Montreal-Style Bagels

Montreal bagels in a basket

In the summer we started a little brunch tradition with friends, but in recent months have let it slide a bit. Now that another set of our friends have recently moved into the neighbourhood, January seemed the perfect opportunity to resurrect our brunch dates and put into action the homemade bagels I’ve have in my head ever since seeing this picture of a brunch starring the New York bagel. Only because I’m Canadian, my bagels would be of the Montreal variety, which, of course, meant looking up a million recipes in order to begin the agonizing process of picking the best one. I eventually came across a recipe on The Fresh Loaf posted by an alumnus of Vancouver Island University’s culinary arts program, who claimed that the formula was from the famed St Viateur Bagel bakery in Montreal, whose bagels are supposed to be the real deal.

brunch on the table

A Montreal-style bagel is distinguished by its small rustic handmade shape, large central hole, and dense, chewy texture. It is boiled in a honey-water bath before baking, and to be a “real” Montreal bagel, it should be made with Montreal water and baked in a wood fired oven. Most interestingly (to me, anyway), the dough contains no salt, and as a result, Montreal-style bagels are on the sweeter side. In comparison, a New York-style bagel contains salt, is generally much larger, and is baked in a conventional oven, giving it a lighter, puffier texture. Both bagels were brought to their respective cities/countries by Jewish immigrants from Poland, however Montreal-style bagels are the only variety so far to have made it into space!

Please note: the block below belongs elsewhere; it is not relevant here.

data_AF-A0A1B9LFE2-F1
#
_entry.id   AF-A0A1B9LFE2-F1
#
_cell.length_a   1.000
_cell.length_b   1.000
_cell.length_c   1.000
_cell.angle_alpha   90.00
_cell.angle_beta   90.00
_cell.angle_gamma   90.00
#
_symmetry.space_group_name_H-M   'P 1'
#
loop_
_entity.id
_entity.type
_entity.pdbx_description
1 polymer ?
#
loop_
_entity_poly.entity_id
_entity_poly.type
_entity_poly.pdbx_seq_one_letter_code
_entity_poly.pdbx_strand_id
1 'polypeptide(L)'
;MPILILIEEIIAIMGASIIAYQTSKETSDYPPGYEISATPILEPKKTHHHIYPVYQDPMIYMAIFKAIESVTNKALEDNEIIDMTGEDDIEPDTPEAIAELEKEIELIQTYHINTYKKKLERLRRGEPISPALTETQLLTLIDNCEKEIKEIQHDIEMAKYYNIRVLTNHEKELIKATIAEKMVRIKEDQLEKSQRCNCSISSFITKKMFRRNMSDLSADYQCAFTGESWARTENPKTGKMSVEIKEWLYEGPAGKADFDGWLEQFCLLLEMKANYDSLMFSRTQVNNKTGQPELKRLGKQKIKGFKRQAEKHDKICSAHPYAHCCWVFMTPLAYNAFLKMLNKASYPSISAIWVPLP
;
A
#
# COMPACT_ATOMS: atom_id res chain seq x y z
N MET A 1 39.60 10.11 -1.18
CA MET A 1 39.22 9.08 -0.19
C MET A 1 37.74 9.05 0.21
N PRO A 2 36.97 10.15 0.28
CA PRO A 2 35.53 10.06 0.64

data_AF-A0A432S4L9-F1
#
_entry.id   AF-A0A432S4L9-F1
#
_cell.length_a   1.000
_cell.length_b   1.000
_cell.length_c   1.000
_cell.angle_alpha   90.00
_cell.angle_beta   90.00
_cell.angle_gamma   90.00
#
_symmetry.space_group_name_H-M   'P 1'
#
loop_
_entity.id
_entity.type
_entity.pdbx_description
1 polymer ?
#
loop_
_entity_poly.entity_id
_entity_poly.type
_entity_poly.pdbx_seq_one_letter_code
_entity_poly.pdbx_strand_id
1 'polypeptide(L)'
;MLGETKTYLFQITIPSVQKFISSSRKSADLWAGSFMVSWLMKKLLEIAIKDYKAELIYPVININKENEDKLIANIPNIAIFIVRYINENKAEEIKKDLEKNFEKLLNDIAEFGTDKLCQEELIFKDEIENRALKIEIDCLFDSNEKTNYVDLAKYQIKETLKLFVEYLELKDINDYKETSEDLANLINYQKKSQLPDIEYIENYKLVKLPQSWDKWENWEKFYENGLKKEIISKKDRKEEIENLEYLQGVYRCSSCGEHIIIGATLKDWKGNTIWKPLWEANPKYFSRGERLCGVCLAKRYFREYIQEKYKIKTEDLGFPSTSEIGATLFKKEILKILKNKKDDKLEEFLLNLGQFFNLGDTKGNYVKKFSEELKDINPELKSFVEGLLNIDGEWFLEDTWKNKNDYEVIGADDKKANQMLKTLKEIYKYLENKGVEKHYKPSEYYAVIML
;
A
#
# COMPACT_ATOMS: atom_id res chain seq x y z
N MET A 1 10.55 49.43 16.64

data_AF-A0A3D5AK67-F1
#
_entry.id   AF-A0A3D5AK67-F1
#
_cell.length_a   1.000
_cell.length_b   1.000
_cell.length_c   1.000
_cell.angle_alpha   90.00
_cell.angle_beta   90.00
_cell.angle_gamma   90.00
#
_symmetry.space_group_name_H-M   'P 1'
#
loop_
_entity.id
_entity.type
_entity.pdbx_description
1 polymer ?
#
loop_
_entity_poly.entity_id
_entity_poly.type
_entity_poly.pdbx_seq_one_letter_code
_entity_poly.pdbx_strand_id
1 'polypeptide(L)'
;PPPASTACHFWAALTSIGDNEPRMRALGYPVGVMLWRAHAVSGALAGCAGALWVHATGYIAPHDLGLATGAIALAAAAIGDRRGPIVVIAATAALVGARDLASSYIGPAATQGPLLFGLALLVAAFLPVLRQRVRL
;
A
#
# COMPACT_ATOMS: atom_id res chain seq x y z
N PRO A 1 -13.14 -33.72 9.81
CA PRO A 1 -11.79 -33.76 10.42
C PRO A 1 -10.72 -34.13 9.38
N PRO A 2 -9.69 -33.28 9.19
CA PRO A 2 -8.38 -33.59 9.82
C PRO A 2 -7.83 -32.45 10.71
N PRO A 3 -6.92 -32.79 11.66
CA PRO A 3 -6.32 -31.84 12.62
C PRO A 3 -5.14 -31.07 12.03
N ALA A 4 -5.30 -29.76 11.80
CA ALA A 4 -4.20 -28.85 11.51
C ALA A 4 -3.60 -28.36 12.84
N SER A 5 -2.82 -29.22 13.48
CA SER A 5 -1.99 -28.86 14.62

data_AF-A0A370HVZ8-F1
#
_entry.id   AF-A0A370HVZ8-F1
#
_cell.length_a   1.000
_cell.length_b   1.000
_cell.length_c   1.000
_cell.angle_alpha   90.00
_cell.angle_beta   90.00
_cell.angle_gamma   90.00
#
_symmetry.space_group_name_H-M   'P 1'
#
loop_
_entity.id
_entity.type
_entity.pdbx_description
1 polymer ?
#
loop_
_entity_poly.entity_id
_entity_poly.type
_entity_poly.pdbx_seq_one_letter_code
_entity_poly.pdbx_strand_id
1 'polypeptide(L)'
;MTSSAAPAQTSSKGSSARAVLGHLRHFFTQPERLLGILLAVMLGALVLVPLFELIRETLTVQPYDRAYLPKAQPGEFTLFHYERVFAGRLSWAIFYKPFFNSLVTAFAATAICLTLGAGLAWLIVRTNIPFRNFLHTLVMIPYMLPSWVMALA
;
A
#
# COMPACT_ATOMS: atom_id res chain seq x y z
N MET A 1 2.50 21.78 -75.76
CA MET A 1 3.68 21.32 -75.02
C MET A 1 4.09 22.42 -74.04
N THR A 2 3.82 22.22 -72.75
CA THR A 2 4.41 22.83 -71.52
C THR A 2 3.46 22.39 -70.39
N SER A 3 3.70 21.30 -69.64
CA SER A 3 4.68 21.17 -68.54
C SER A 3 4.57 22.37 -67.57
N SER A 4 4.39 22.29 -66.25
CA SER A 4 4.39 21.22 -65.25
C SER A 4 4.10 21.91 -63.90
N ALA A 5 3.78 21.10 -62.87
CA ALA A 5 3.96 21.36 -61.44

Montreal style bagels in a basket

The best way to eat a bagel is fresh and hot out of the oven, so in order to serve bagels for brunch, I made the dough the night before, let it rise in the fridge overnight, and then shaped, boiled, and baked the bagels in the morning. It sounds like a lot to do before breakfast, but I only needed about an hour in the morning to accomplish it. It helps that the bagels do not need proofing, which contributes to their characteristic density. Because I have a terrible-horrible-no-good-very-bad electric oven and not a rustic wood-fired oven, my bagels did puff up more than they should have to be model Montreal bagels, but they tasted awesome: subtly sweet, hot and soft and just a little bit creamy inside with a slightly crisp, chewy crust. Topped with a smear of cream cheese, thinly sliced lox, capers, slivers of red onion, and appreciated by good friends, they were worth every bit of effort.

bagel with lox and cream cheese

Montreal-Style Bagels

Adapted from The Fresh Loaf, apparently St Viateur’s formula. Makes 13 bagels.

In a large bowl, combine:

1 kilo bread flour

2 grams instant yeast

40 grams granulated white sugar

9 grams malt powder

Stir together, then add:

1 large egg, beaten

2 1/2 tsp vegetable oil

463 grams water